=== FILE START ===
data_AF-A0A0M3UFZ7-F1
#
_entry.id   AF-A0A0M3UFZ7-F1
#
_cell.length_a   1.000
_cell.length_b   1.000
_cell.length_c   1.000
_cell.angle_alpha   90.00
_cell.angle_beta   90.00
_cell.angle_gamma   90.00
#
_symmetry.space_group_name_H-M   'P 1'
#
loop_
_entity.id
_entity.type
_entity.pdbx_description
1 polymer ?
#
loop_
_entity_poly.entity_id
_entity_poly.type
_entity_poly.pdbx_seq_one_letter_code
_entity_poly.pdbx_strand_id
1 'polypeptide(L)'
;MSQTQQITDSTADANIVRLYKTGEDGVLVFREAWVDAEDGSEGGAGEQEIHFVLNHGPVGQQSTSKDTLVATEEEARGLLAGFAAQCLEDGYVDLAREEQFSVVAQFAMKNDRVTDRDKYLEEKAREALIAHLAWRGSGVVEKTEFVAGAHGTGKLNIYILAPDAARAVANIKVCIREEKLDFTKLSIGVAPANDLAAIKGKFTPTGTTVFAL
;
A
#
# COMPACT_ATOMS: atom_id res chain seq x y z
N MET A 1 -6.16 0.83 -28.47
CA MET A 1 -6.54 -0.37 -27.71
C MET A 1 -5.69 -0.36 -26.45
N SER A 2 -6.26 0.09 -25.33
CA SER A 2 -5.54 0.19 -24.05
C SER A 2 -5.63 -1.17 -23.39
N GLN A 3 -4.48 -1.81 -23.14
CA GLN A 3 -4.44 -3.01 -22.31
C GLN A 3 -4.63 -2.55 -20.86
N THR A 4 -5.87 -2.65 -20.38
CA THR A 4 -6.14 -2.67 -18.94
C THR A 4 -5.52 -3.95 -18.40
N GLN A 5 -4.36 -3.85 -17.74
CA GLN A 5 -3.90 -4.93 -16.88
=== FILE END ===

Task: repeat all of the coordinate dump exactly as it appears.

data_AF-A0A0M3UFZ7-F1
#
_entry.id   AF-A0A0M3UFZ7-F1
#
_cell.length_a   1.000
_cell.length_b   1.000
_cell.length_c   1.000
_cell.angle_alpha   90.00
_cell.angle_beta   90.00
_cell.angle_gamma   90.00
#
_symmetry.space_group_name_H-M   'P 1'
#
loop_
_entity.id
_entity.type
_entity.pdbx_description
1 polymer ?
#
loop_
_entity_poly.entity_id
_entity_poly.type
_entity_poly.pdbx_seq_one_letter_code
_entity_poly.pdbx_strand_id
1 'polypeptide(L)'
;MSQTQQITDSTADANIVRLYKTGEDGVLVFREAWVDAEDGSEGGAGEQEIHFVLNHGPVGQQSTSKDTLVATEEEARGLLAGFAAQCLEDGYVDLAREEQFSVVAQFAMKNDRVTDRDKYLEEKAREALIAHLAWRGSGVVEKTEFVAGAHGTGKLNIYILAPDAARAVANIKVCIREEKLDFTKLSIGVAPANDLAAIKGKFTPTGTTVFAL
;
A
#
# COMPACT_ATOMS: atom_id res chain seq x y z
N MET A 1 -6.16 0.83 -28.47
CA MET A 1 -6.54 -0.37 -27.71
C MET A 1 -5.69 -0.36 -26.45
N SER A 2 -6.26 0.09 -25.33
CA SER A 2 -5.54 0.19 -24.05
C SER A 2 -5.63 -1.17 -23.39
N GLN A 3 -4.48 -1.81 -23.14
CA GLN A 3 -4.44 -3.01 -22.31
C GLN A 3 -4.63 -2.55 -20.86
N THR A 4 -5.87 -2.65 -20.38
CA THR A 4 -6.14 -2.67 -18.94
C THR A 4 -5.52 -3.95 -18.40
N GLN A 5 -4.36 -3.85 -17.74
CA GLN A 5 -3.90 -4.93 -16.88